Friday, June 6, 1997

"We used the needle,’ Harmon girlfriend testifies

After Dan Harmon testified for several hours about his innocence, a former wife and a girlfriend returned to the stand late Thursday to make more allegations about Harmon’s alleged drug use and physical abuse.
Holly DuVall, Harmon’s fourth ex-wife, testified that Harmon frequently hit her, sometimes using his fists and sometimes in front of his children.
"I couldn’t even give you a number" of times, she testified. "It went on for several years. ... A lot of times he would choke me. It wouldn’t leave a mark."
Patricia Vaughn, a girlfriend who testified she has lived with Harmon since November 1996, said Thursday that Harmon had introduced her to methamphetamines two months before they moved in together.
"We smoked it," she said. Then asked if the type of drug use changed over time, she replied, "We used the needle ... sometimes 10 or 12 times a day."
Harmon is on trial for 11 felony counts in federal District Court in Little Rock.
Vaughn was the last witness to testify in the prosecution’s rebuttal, concluding the evidence portion of the case. Harmon was the last witness in his own defense. Both DuVall and Vaughn had testified previously.
Thursday’s proceedings concluded with the shadow of a possible mistrial hanging over them. Chief U.S. District Judge Stephen M. Reasoner rejected one motion for a mistrial early in the day. That motion was based on testimony given by 18th Judicial District Prosecuting Attorney Paul Bosson of Hot Springs, who admitted to the jury that he had once prosecuted Harmon.
Lea Ellen Fowler, Harmon’s attorney, asked again for a mistrial Thursday afternoon after Assistant U.S. Attorney Dan Stripling asked Harmon if he had been charged with kidnapping.
"He asked that question in a deliberate attempt to get bad information before the court," Fowler told Reasoner out of the jury’s hearing. "I’m going to have to ask the court for a mistrial again. For the record, I don’t think that there’s any way that the prejudicial effect of that question can be cured."
Harmon was charged with kidnapping DuVall in the spring of 1996. He was charged with four other felonies and three misdemeanors. Some of the charges related to attacks on Arkansas Democrat-Gazette reporter Rodney Bowers and two Saline County sheriff’s deputies.
Harmon resigned from office the following July as part of a plea agreement that included the dismissal of three felony charges involving the alleged attack on DuVall, and the lowering of two felony counts involving the deputies. Harmon pleaded guilty to those counts as misdemeanors and no contest to the charge involving the reporter.
Harmon now faces 11 federal charges, including the allegation that he ran the 7th Judicial District's prosecuting attorney’s office as a corrupt organization in violation of a federal law prohibiting racketeering.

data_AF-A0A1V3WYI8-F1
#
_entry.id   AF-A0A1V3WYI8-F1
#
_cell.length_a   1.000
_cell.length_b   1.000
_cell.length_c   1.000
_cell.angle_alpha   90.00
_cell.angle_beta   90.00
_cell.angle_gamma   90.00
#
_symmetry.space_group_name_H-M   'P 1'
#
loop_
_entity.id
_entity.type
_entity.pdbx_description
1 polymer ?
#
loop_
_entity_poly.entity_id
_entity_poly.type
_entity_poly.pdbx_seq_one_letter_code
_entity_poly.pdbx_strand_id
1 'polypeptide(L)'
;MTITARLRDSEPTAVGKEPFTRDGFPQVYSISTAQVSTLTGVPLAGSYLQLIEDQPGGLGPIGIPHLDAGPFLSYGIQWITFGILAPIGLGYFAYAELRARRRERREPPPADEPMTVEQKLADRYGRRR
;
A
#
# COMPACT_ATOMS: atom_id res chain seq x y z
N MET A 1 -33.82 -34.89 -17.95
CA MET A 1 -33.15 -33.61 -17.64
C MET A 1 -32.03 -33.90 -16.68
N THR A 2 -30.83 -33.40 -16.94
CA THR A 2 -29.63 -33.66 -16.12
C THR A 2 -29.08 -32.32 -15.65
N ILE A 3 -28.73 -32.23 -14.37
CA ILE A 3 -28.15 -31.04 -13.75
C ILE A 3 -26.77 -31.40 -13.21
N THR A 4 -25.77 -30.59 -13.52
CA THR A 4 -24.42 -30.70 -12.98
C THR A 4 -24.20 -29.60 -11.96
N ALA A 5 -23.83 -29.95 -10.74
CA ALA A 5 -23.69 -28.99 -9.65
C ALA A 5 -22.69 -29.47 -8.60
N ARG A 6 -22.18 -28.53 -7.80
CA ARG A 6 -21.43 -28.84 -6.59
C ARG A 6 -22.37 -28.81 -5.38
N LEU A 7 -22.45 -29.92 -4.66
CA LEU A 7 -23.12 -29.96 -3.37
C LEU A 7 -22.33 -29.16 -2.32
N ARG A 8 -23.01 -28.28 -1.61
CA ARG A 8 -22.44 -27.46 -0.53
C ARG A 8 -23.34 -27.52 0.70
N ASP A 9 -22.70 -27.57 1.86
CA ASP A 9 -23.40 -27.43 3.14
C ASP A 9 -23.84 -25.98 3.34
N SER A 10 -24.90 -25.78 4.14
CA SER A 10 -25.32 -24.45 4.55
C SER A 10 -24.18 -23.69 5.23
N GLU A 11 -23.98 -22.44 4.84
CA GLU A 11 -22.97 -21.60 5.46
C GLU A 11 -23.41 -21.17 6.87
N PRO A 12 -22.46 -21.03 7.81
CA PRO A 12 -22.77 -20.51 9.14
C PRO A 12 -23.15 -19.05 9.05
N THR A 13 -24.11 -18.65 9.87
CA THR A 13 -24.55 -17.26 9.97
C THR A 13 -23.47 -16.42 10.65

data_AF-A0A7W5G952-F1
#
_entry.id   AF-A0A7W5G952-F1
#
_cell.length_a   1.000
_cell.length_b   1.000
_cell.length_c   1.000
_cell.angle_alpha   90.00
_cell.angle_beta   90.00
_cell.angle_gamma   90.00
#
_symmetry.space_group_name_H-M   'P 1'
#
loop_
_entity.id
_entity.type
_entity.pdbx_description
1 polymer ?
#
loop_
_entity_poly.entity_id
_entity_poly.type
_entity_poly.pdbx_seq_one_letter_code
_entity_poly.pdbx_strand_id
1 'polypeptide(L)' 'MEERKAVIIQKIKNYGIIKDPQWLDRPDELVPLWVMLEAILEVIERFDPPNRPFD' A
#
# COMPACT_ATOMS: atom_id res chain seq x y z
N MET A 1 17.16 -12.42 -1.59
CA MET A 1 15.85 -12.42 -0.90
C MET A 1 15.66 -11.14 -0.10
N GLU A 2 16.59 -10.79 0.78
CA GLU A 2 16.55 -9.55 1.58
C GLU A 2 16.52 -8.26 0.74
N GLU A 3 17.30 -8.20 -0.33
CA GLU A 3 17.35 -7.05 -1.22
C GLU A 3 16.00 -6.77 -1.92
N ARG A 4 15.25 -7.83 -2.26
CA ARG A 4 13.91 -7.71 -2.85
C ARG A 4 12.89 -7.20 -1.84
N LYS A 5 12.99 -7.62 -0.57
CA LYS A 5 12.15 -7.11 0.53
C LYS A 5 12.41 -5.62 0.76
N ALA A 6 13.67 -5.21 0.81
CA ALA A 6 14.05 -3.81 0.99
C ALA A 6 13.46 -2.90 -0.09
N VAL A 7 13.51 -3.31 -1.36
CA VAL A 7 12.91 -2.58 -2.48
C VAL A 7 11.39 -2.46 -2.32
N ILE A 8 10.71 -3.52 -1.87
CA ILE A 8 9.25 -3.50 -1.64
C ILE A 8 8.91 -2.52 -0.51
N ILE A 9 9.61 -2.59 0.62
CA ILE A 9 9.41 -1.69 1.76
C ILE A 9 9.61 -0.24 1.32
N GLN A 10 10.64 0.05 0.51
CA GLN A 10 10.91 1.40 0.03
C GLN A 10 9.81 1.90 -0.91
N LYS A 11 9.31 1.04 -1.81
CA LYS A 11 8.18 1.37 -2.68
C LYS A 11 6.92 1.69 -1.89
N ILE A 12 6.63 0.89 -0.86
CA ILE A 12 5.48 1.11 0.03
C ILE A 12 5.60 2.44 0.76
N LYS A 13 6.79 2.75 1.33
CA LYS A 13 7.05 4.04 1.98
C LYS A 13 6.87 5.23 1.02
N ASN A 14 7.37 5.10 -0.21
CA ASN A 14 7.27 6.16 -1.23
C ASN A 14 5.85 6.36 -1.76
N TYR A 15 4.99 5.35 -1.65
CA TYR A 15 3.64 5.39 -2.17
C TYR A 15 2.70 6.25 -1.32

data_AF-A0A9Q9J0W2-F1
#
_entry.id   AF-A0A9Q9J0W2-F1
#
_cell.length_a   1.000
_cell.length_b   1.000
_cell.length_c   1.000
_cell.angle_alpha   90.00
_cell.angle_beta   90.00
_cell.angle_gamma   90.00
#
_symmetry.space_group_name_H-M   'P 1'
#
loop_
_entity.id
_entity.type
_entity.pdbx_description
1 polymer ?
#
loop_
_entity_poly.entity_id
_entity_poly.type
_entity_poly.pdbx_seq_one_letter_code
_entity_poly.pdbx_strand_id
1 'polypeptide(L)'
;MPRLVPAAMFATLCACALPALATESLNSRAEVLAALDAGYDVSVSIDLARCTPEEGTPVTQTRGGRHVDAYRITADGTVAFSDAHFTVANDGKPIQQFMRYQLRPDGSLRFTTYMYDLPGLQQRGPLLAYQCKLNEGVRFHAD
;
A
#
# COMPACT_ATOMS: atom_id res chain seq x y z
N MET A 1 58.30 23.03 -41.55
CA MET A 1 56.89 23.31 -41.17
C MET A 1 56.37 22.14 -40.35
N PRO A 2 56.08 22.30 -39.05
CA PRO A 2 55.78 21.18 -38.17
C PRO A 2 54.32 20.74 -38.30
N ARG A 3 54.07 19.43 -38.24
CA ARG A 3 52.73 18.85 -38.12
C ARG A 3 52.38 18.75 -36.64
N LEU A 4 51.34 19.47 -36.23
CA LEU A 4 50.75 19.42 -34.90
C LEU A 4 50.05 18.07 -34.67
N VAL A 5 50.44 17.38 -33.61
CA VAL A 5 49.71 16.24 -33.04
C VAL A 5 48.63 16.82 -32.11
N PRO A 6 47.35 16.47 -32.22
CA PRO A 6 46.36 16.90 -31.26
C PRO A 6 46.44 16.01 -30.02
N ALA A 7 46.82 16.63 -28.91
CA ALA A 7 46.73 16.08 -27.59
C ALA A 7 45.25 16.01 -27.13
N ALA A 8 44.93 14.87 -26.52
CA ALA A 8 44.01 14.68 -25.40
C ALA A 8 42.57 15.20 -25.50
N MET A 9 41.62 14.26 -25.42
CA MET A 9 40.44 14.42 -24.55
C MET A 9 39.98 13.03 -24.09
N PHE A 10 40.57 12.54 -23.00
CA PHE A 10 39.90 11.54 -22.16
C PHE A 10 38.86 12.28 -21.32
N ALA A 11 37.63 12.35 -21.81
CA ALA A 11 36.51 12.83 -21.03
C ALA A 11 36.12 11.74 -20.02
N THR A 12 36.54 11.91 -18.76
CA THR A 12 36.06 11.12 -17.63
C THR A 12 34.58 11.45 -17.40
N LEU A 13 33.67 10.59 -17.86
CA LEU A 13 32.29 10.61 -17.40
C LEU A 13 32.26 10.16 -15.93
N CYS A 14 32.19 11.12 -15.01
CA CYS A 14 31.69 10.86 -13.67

Harmon also was indicted on two counts of possession with the intent to distribute cocaine hydrochloride, four counts of conspiracy to extort money, three of conspiracy to manufacture drugs, one of witness tampering and one of retaliation against a witness, Bowers.
The attorneys in the federal case are to meet today to discuss jury instructions and other legal matters. The jury plans to return Monday to hear closing arguments and instructions from the judge before retiring to deliberate on the charges.
On Thursday, Harmon dominated the day’s testimony, denying any illicit activity, saying that he never received "one dime" as a bribe and alleging that someone had made up the prosecution witnesses' stories.
"I think Mr. [Ernest] Varnardo and Miss DuVall probably had a lot of help in making up their stories," Harmon said. "I’m not saying who made the story up, Mr. Stripling. I am saying it is not true." Varnardo is one of the people Harmon is accused of extorting money from in return for keeping his case out of state court.
Harmon specifically denied each of the 11 federal charges.
"I never received any money from anyone. Period," Harmon testified when asked about one of the extortion charges. "Freddie McCaslin and LaJean O’Brien never came to my office and negotiated anything in the presence of anybody."
Both McCaslin and O’Brien testified earlier this week about paying Harmon and defense attorney Bill Murphy money to get out of going to court on drug charges.
Harmon also extended his protection to his co-defendants, Murphy and Sheridan businessman Roger Walls, who are scheduled for trial in January.
"Roger Walls is as honest and straight a person as I’ve ever met in my life," Harmon testified at one point. "Roger would not ever be involved with drugs. Roger hated drugs."
Harmon did admit to attacking Bowers, the reporter.
"I grabbed him. I shoved him out the door. There was a struggle. Some folks from the office, including my sister, came and got me off him," Harmon said. "I’m sorry it happened. I pled guilty in state court ... It had nothing to do with retaliation. It had to do with two people crossing paths three or four times and one of them being extremely rude."

Copyright 1997, Little Rock Newspapers, Inc. All rights reserved.